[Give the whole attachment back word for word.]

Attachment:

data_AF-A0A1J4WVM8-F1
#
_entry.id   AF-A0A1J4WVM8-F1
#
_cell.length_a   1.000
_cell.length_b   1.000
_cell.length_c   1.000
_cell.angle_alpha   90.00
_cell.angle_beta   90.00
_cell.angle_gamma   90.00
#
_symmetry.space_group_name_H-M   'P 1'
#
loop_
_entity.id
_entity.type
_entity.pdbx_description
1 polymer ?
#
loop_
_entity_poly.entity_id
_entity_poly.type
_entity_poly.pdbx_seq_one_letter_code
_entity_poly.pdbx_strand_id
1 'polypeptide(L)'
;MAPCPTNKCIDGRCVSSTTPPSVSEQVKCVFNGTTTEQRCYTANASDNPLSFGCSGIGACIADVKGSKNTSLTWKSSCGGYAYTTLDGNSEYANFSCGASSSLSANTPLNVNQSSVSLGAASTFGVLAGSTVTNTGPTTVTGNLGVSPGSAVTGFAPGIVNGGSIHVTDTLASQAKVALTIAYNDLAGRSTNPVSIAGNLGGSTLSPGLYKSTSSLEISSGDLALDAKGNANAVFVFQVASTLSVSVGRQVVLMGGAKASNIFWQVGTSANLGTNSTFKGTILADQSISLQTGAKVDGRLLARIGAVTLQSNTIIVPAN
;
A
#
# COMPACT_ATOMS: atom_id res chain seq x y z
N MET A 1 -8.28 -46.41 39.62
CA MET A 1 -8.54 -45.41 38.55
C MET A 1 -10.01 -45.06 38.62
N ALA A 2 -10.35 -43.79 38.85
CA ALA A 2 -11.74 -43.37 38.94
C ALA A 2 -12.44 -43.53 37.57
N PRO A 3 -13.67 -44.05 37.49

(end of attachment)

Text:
data_AF-A0A1J4WVM8-F1
#
_entry.id   AF-A0A1J4WVM8-F1
#
_cell.length_a   1.000
_cell.length_b   1.000
_cell.length_c   1.000
_cell.angle_alpha   90.00
_cell.angle_beta   90.00
_cell.angle_gamma   90.00
#
_symmetry.space_group_name_H-M   'P 1'
#
loop_
_entity.id
_entity.type
_entity.pdbx_description
1 polymer ?
#
loop_
_entity_poly.entity_id
_entity_poly.type
_entity_poly.pdbx_seq_one_letter_code
_entity_poly.pdbx_strand_id
1 'polypeptide(L)'
;MAPCPTNKCIDGRCVSSTTPPSVSEQVKCVFNGTTTEQRCYTANASDNPLSFGCSGIGACIADVKGSKNTSLTWKSSCGGYAYTTLDGNSEYANFSCGASSSLSANTPLNVNQSSVSLGAASTFGVLAGSTVTNTGPTTVTGNLGVSPGSAVTGFAPGIVNGGSIHVTDTLASQAKVALTIAYNDLAGRSTNPVSIAGNLGGSTLSPGLYKSTSSLEISSGDLALDAKGNANAVFVFQVASTLSVSVGRQVVLMGGAKASNIFWQVGTSANLGTNSTFKGTILADQSISLQTGAKVDGRLLARIGAVTLQSNTIIVPAN
;
A
#
# COMPACT_ATOMS: atom_id res chain seq x y z
N MET A 1 -8.28 -46.41 39.62
CA MET A 1 -8.54 -45.41 38.55
C MET A 1 -10.01 -45.06 38.62
N ALA A 2 -10.35 -43.79 38.85
CA ALA A 2 -11.74 -43.37 38.94
C ALA A 2 -12.44 -43.53 37.57
N PRO A 3 -13.67 -44.05 37.49